The latest inflation figures from the Office for National Statistics (ONS) show that prices rose 9% in the year to April 2022 – the highest level of increase in four decades.
While you may be concerned about meeting the costs of rising prices, spare a thought for your children and grandchildren.
Research published by Moneyfacts shows that pocket money over the last couple of years has stagnated, with the average weekly pocket money received by a child in the UK standing at £6.14 in 2021, down from £6.18 in 2020.
Meanwhile, the prices of popular children’s goods like LEGO and PlayStation items have risen over the last year, according to the financial analysts.
While it’s unlikely that inflation will impact your children and grandchildren in quite the same way as you, it illustrates how rising prices can lead to challenges if your money is not keeping pace.
The unknown theft of inflation
In simple terms, inflation is when prices go up. This means that the items we buy every day – food, clothes, petrol – cost more over time.
In the UK, inflation is measured by the Consumer Prices Index (CPI). The CPI measures the cost of a basket of common goods and services, such as food and fuel. The Office for National Statistics (ONS) publishes the CPI every month and, according to the latest ONS data, the CPI rose 9% in the year to April 2022.
Inflation can be good for the economy as it encourages people to spend rather than save. However, when inflation is too high, it can be bad for savers as it reduces the value of their money in real terms.
Worryingly, many cash savers are unaware of the impact inflation will have on their money.
Indeed, recent research from Legal & General found that more than half of cash savers (52%) don’t know what rising prices mean for their cash savings.
Better start increasing your child’s pocket money allowance
When inflation is high, each pound you or your child has in their pocket will not be worth as much as it was in the past.
For example, if inflation is running at 9% as it is now, then a chocolate bar that cost £1.00 a year ago will cost £1.09 today. This doesn’t seem like much, but it soon adds up.
In the long term, inflation can have a very damaging effect on your child’s pocket money, as well as yours. If inflation remained at 9%, here is what the price of the chocolate bar would look like:
- Year 1: £1.00
- Year 2: £1.09
- Year 3: £1.19
- Year 4: £1.30
- Year 5: £1.41
As you can see, the price of the chocolate bar has risen by more than a third in just five years.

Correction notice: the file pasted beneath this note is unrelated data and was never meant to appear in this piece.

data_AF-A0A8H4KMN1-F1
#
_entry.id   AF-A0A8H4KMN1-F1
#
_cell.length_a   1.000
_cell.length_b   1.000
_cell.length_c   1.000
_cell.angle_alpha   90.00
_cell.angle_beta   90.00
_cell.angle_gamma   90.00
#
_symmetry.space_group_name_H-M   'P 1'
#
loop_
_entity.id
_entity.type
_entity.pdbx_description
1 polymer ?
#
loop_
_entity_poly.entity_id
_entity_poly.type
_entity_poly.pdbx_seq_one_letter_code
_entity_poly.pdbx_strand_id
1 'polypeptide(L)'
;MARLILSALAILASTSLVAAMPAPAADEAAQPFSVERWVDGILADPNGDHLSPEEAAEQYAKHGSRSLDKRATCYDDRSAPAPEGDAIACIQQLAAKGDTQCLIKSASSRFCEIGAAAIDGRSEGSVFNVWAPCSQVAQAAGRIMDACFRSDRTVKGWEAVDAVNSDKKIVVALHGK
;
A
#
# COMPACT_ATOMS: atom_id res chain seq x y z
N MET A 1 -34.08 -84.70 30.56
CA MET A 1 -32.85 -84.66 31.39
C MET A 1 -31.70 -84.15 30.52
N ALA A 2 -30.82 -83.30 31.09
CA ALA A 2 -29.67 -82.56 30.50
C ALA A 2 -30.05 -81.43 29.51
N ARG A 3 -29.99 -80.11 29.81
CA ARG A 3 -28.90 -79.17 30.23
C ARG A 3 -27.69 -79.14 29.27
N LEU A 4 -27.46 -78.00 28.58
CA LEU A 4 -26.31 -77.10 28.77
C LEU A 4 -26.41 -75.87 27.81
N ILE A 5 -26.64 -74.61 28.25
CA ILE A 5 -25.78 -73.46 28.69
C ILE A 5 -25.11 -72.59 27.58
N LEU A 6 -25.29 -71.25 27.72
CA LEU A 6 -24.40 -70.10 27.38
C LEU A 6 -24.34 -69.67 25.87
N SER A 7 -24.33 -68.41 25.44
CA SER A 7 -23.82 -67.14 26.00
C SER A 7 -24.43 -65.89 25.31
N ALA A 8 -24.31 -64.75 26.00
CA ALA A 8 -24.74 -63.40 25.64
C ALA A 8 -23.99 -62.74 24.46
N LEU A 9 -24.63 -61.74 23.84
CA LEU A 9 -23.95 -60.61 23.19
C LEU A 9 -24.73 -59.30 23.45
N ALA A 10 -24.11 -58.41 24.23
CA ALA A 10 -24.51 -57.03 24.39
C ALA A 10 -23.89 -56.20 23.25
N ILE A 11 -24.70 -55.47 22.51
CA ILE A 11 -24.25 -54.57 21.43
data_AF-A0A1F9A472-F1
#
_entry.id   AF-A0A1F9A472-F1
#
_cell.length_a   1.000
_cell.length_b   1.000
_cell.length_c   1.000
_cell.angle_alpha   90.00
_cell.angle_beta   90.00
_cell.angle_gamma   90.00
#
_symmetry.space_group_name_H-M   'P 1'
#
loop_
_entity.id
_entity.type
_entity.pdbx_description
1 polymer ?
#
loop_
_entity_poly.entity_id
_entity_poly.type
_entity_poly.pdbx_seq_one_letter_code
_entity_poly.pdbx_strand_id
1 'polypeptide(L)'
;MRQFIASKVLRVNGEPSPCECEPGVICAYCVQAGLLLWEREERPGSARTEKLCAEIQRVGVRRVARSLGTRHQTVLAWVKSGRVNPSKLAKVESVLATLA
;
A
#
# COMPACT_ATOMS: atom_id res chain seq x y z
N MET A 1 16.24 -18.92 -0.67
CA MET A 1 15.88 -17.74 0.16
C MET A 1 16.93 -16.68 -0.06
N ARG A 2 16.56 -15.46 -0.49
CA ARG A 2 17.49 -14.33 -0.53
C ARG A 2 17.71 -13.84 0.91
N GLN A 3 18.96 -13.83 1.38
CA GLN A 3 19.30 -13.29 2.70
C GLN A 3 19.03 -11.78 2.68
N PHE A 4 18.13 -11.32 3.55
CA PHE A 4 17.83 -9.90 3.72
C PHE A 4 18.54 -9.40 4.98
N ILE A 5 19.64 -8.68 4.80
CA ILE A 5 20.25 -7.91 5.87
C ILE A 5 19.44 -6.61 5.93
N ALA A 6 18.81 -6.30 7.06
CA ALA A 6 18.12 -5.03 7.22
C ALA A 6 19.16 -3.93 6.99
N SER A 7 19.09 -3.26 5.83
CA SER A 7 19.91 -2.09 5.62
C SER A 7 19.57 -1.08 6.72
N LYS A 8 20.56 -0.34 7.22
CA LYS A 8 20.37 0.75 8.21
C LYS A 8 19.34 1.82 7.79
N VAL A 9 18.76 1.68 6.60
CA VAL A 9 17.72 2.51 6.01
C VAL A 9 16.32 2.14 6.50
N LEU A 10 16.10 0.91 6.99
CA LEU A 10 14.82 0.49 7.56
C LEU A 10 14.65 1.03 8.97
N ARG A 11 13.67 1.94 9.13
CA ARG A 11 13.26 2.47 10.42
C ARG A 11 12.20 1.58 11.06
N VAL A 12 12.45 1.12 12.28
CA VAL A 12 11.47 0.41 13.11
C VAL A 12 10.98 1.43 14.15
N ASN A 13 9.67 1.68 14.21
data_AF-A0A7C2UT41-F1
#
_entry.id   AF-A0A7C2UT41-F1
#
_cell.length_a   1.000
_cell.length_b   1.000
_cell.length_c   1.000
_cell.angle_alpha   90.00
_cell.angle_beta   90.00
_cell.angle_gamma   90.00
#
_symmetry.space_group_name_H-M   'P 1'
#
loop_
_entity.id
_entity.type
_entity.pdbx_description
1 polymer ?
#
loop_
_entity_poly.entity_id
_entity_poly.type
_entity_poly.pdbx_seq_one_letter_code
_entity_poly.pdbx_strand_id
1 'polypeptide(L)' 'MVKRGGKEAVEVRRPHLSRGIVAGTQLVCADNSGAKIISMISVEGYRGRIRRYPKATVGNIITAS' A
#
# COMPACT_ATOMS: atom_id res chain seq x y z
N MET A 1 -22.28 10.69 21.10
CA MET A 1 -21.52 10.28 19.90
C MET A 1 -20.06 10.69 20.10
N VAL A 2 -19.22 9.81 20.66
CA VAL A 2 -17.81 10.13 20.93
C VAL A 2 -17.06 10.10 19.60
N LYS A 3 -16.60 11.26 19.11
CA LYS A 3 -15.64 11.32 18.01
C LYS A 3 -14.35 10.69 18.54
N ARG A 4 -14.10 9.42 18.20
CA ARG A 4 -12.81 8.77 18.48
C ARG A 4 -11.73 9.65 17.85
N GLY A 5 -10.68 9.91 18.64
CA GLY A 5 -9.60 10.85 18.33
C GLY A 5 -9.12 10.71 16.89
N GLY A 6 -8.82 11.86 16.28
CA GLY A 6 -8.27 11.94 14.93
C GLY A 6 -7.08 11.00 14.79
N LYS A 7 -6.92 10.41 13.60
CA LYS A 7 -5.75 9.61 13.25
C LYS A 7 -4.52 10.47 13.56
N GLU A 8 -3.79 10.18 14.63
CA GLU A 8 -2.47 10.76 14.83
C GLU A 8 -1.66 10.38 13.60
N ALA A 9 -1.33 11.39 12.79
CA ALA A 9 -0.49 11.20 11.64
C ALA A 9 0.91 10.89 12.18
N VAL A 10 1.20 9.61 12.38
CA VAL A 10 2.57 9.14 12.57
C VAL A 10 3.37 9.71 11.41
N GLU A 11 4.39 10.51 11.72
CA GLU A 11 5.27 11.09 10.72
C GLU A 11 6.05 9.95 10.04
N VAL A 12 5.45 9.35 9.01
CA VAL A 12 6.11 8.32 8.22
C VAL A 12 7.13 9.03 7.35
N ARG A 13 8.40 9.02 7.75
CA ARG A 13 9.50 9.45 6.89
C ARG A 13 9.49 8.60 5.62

To combat the effects of inflation, you need to try and make sure that your own savings (and your child’s pocket money allowance!) keeps pace with inflation.
How to avoid inflation devaluing your money
As adults, there are a few things that you can do to help save your own pocket money from devaluing.
Move longer-term cash savings into equities
It is generally considered sensible to keep some cash – perhaps three to six months’ salary – in an easy access savings account by way of an emergency fund.
If you have more cash than you need, though, you could consider moving some into investments that could offer better long-term growth.
For example, equities typically provide a return that outstrips the interest you’d receive on cash savings.
For example, the chart below shows the annual performance of major stock market indices in the UK, US, and Europe over the 10 years to 2021.
Source: JP Morgan. FTSE, MSCI, Standard & Poor’s. All indices are total return in local currency. Past performance is not a reliable indicator of current and future results. Data as of 30 April 2022.
You can see that, with the odd exception, markets produced positive, inflation-beating returns during this period, helping your wealth to retain its purchasing power over time.
We can help you to create a portfolio aligned with your long-term goals and attitude to risk.
Maximise tax efficiency
Another way of ensuring your savings are working as hard for you as possible is to make sure you’re saving and investing as tax-efficiently as you can.
ISAs allow you to put away as much as £20,000 in the 2022/23 tax year, and you won’t pay any Capital Gains Tax or Income Tax on returns.
In addition, saving into a pension could provide Income Tax relief of up to 45%, depending on your marginal tax rate.
Get in touch
We can help you put together a diversified portfolio tailored to meet your goals and circumstances. For advice on alternatives to cash saving, please contact us.
Email firstname.lastname@example.org or call us on 0345 505 3500.
The value of your investment can go down as well as up and you may not get back the full amount you invested. Past performance is not a reliable indicator of future performance. Levels, bases of and reliefs from taxation may be subject to change and their value depends on the individual circumstances of the investor.
A pension is a long-term investment not normally accessible until 55 (57 from April 2028). The fund value may fluctuate and can go down, which would have an impact on the level of pension benefits available. Past performance is not a reliable indicator of future results.
The tax implications of pension withdrawals will be based on your individual circumstances. Thresholds, percentage rates and tax legislation may change in subsequent Finance Acts.